No decision yet on Osseo’s North Water Tower

BY SUE WEBBER

CONTRIBUTING WRITER

 

A sentimental landmark in Osseo isn’t on the chopping block – yet.

After a public hearing Oct. 14 to gain citizen input on the North Water Tower, the Osseo City Council voted to ask the staff to research money available to preserve the tower as a historical site and come back with a report at the Council’s Nov. 11 meeting.

In a written report to the Council on the tower, City Administrator Douglas Reeder said the tower “is no longer used as part of the water system and is in need of some repairs which could cost as much as $300,000 in the near future in order to preserve it in a safe manner.”

The tank also would require repainting every 15-25 years, Reeder said.

Osseo’s 100-year-old North Water Tower, located next to City Hall, no longer is in use. Osseo City Council voted to ask the staff to research money available to preserve the tower as a historical site and come back with a report at the Council’s Nov. 11 meeting. (Photo by Sue Webber)

Osseo’s 100-year-old North Water Tower, located next to City Hall, no longer is in use. Osseo City Council voted to ask the staff to research money available to preserve the tower as a historical site and come back with a report at the Council’s Nov. 11 meeting. (Photo by Sue Webber)

“Therefore, the 100-year cost of retaining the water tower could exceed $1 million,” Reeder said.

The cost of removing the tank is estimated at $30,000, he said.

However, Reeder also noted that some residents want the tower preserved and possibly put on the National Register of Historic Places.

Sean Mulhurn, a consultant with KLM Engineering, acknowledged that the tower is an important issue, though it still represents a large expense to repair.

“It has no benefit to the city other than emotional,” Mulhurn said. “The cost is outrageous for a water tower that is not functioning.”

He said pins on the tower need replacement immediately to insure the structure’s integrity, if the tower is to be kept.

Other repairs will be required if the tower is not demolished within three to five years, he said.

Five residents spoke at the public hearing.

“The water tower should simply be taken down,” resident Douglas Lee said. “Some people feel there is a historical attachment, and Osseo has positioned itself with a historical flavor. But we do have to continue modernizing the city. The cheapest option is to cut it down.”

Kathleen Gette said she has spearheaded a campaign to save the tower, including a Facebook page she started in June that currently has 1,164 “likes.”

Gette maintained that grant money is available to renovate, maintain and preserve  the tower, particularly if it should be listed on the National Register.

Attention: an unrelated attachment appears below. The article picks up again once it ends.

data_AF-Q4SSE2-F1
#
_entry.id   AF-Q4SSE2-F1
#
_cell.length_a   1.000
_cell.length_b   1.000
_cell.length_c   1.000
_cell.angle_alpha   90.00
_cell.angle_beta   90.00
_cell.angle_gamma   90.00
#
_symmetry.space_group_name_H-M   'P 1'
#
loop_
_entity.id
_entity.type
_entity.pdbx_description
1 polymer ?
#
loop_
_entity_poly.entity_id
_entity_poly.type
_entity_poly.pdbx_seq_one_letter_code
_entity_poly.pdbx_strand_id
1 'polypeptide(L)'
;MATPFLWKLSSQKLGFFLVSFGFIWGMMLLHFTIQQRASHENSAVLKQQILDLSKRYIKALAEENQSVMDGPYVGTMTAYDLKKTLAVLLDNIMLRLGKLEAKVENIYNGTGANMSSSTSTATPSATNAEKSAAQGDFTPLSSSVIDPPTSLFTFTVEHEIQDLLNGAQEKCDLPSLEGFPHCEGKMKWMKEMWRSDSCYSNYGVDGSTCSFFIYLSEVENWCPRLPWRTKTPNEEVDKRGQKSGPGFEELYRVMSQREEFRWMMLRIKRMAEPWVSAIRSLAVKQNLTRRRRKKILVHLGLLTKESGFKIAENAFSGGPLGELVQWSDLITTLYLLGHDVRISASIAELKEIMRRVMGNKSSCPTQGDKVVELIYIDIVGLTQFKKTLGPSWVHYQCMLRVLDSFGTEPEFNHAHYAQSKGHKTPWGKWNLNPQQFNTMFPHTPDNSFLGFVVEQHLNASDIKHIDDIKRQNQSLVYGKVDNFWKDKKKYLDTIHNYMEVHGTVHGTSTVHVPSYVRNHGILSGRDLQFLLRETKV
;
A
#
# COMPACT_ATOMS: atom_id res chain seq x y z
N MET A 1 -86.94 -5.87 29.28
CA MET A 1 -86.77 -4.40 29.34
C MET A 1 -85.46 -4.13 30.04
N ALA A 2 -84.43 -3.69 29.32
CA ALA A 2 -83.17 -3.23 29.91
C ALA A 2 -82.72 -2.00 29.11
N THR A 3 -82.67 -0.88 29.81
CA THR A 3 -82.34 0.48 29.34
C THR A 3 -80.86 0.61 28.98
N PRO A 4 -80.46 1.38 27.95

“I do love that tower, and a lot of people feel the same way I do,” Gette said.

Resident Lauren Bowe agreed that the tower should be saved. “We are demolishing a lot of things; it’s important to keep what people like,” she said.

Harold Johnson, who said he has been a resident and/or business owner in Osseo for 55 years, said, “The cost to keep it is excessive. Putting it on the National Register is an ongoing cost to maintain it forever. If the tower was totally unique, it might be worth considering. But it’s nothing unique at all. Removal is best for everyone.”

Properties listed on the National Register don’t have contracts that provide maintenance, Johnson said.

“This is not a cost that should be added to our taxpayers,” he said.

City Attorney Loren Magsam suggested that the council take time to consider available options and digest information received about the tower.

After the public hearing was closed, Councilmember Rick Weber said, “Facebook is opinion-based, not fact-based. With a $2 million budget, we don’t have the resources, personnel, time and money to commit [to preserving the tower]. We have worked so hard to keep this small budget so tight.”

Weber said he has talked to “at least 100 people,” and after they heard the facts they all said the tower should be torn down.

Councilmember Bonnie Heinen first moved to solicit bids to remove the tower.

However, Weber said, “Why go this direction this quickly when our legal counsel says we should think about it?”

Heinen then amended her motion to ask that the city research money that might be available “on the historical side.”

“This isn’t an easy process for the city,” Heinen said. “The city is still involved, and it’s not a slam dunk to get a grant to keep the structure.”

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